Over the last decades the generation mechanism and the representation of goal- directed movements has been a topic of intensive neurophysiological research. The investigation in the motor, premotor, and parietal areas led to the discovery that the direction of hand’s movement in space was encoded by populations of neurons in these areas together with many other movement parameters. These distributions of population activation reflect how movements are prepared ahead of movement initiation, as revealed by activity induced by cues that precede the imperative signal (Georgopoulos, 1991).
Inspired by those findings a model based on dynamical systems was proposed both, to model goal directed trajectories in humans and to generate trajectories for redundant anthropomorphic robotic arms. The analysis of the attractor dynamics based on the qualitative comparison with measurements of resulting trajectories taken from arm movement experiments with humans (Grimme u. a., 2012) created a framework able to reproduce and to generate naturalistic human like arm trajectories (Iossifidis und Rano, 2013; Iossifidis, Schöner u. a., 2006).
The main idea of the methodology is to choose low-dimensional, behavioral va- riables of the goal task can be represented as attractor states of those variables. The movement is generated through a dynamical system with attractors and repellers on the behavioral space, at the goal and constraint positions respectively. When the motion of the robot evolves according to the dynamics of these systems, the behavioral variables will be stabilized at their attractors.
Movement is represented by the polar coordinates φ,θ of the movement direction (heading direction) and the angular frequency ω of a hopf oscillator, generating the velocity profile of the arm movement. Therefore, the system dynamics will be expressed in terms of these variables. The target and each obstacle induce vector fields over these variables in a way that states where the hand is moving closer to the target are attractive, while states where it is moving towards an obstacle are repellant. Contributions from different sources are weighted by different factors, e.g. in the vicinity of an obstacle, the contribution from that obstacle must dominate the behavior to guarantee constraint satisfaction (collision prevention).
Based on three parameters the presented framework is able to generate temporal stabilized (timed) discrete movements, dealing with disturbances and maintaining an approximately constant movement time.
In the current study we will implant two 96-channel intracortical microelectrode arrays in the primary motor and the posterior parietal cortex (PPC) of an individual with tetraplegia.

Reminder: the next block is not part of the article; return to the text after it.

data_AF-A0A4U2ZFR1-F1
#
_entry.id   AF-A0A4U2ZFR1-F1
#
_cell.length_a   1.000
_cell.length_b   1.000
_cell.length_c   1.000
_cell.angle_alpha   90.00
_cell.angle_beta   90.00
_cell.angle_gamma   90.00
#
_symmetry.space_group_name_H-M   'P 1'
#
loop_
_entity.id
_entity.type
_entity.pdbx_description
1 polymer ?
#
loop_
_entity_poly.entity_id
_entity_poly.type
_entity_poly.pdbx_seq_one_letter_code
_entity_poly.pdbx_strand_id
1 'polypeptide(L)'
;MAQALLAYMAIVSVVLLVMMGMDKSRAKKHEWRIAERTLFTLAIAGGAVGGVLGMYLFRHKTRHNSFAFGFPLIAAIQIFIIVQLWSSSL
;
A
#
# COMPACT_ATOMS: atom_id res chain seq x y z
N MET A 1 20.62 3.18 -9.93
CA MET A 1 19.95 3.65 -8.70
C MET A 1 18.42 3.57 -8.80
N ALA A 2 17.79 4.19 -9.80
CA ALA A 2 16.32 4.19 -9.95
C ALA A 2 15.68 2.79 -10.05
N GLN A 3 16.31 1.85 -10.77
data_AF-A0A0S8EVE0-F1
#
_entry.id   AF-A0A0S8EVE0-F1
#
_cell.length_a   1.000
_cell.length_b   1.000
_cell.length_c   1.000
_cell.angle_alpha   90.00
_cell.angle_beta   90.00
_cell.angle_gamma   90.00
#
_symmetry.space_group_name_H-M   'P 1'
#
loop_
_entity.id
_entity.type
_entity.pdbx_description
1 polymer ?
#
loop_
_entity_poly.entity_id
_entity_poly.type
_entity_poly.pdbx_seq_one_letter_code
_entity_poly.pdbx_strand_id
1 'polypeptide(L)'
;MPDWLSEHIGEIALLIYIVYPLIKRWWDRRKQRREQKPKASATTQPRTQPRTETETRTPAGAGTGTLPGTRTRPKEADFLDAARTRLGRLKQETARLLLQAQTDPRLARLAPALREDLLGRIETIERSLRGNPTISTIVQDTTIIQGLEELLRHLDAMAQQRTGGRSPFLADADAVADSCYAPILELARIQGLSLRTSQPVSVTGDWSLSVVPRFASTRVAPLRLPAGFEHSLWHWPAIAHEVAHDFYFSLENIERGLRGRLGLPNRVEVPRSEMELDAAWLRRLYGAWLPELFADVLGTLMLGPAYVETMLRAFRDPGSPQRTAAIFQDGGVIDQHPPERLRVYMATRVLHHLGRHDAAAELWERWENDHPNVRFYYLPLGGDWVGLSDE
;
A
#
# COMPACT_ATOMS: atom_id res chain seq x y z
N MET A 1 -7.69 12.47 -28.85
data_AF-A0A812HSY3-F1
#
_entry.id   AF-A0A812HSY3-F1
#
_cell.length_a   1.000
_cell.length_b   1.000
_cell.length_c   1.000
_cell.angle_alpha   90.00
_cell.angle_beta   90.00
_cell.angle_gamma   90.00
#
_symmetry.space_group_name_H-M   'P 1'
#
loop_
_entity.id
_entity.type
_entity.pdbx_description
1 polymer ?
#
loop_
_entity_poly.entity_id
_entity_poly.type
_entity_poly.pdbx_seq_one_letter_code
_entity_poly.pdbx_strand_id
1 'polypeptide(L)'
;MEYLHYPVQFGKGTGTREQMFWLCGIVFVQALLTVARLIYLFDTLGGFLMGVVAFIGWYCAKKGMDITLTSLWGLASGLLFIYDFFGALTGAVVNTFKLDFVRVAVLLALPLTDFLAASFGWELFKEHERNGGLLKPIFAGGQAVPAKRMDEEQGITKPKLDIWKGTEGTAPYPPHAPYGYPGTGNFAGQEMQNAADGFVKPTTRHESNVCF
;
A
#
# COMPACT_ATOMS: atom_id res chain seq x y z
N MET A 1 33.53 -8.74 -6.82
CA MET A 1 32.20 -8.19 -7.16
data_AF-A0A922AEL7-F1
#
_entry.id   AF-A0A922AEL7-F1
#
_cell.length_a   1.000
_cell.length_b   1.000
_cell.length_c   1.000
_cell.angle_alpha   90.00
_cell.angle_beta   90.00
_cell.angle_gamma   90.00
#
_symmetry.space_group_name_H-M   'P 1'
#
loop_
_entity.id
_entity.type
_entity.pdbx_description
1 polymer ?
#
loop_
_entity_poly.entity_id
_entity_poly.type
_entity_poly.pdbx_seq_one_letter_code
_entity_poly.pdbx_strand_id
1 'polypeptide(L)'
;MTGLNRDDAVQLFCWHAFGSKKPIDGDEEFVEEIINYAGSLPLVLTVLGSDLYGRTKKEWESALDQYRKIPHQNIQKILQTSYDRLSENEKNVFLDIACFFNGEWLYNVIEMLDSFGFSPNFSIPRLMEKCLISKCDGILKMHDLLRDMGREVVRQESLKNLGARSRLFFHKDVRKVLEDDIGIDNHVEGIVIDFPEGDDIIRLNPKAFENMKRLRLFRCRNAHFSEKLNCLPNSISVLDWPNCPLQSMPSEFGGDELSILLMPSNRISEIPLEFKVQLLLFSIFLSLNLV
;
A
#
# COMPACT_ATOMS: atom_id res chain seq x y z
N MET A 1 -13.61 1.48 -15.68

In the training phase the parameters of the dynamical systems will be tuned and optimized by machine learning algorithms. Rather controlling directly the arm movement and adjusting continuously parameters, the patient adjust by his or hers thoughts the three parameters of the dynamics, which remain almost constant during the movement. Only when the motion plan is changing the parameters have to be readjusted. The target directed trajectory evolves from the attractor solution of the dynamical systems equations, which means that the trajectory is generated while the system is in a stable stationary state, a fixed-point attractor.
The increase of the degree of assistance lowers the cognitive load of the patient and enables the acknowledgement of the desired task without frustration. In addition we aim to replace the robotic manipulator by an exoskeleton for the upper body which will enable the patients to move his or hers own limbs, which would complete the development of a real neuroprosthetic device for every day use.
Iossifidis, Ioannis und Ianki Rano (2013). „Modeling Human Arm Motion by Means of Attractor Dynamics Approach“. In: Proc. IEEE/RSJ International Conference on Robotics and Biomimetics (RoBio2013).
Grimme, Britta u.a. (2012). „Naturalistic Arm Movements during Obstacle Avoi- dance in 3D and the Identification of Movement Primitives“. In: Experimental brain research 222.3, S. 185–200.
Iossifidis, Ioannis, Gregor Schöner u.a. (2006). „Dynamical Systems Approach for the Autonomous Avoidance of Obstacles and Joint-limits for an Redundant Ro- bot Arm“. In: 2006 IEEE/RSJ International Conference on Intelligent Robots and Systems. IEEE, S. 580–585. isbn: 1-4244-0258-1.
Georgopoulos, AP (1991). „Higher order motor control“. In: Annual review of neu- roscience 14, S. 361–377.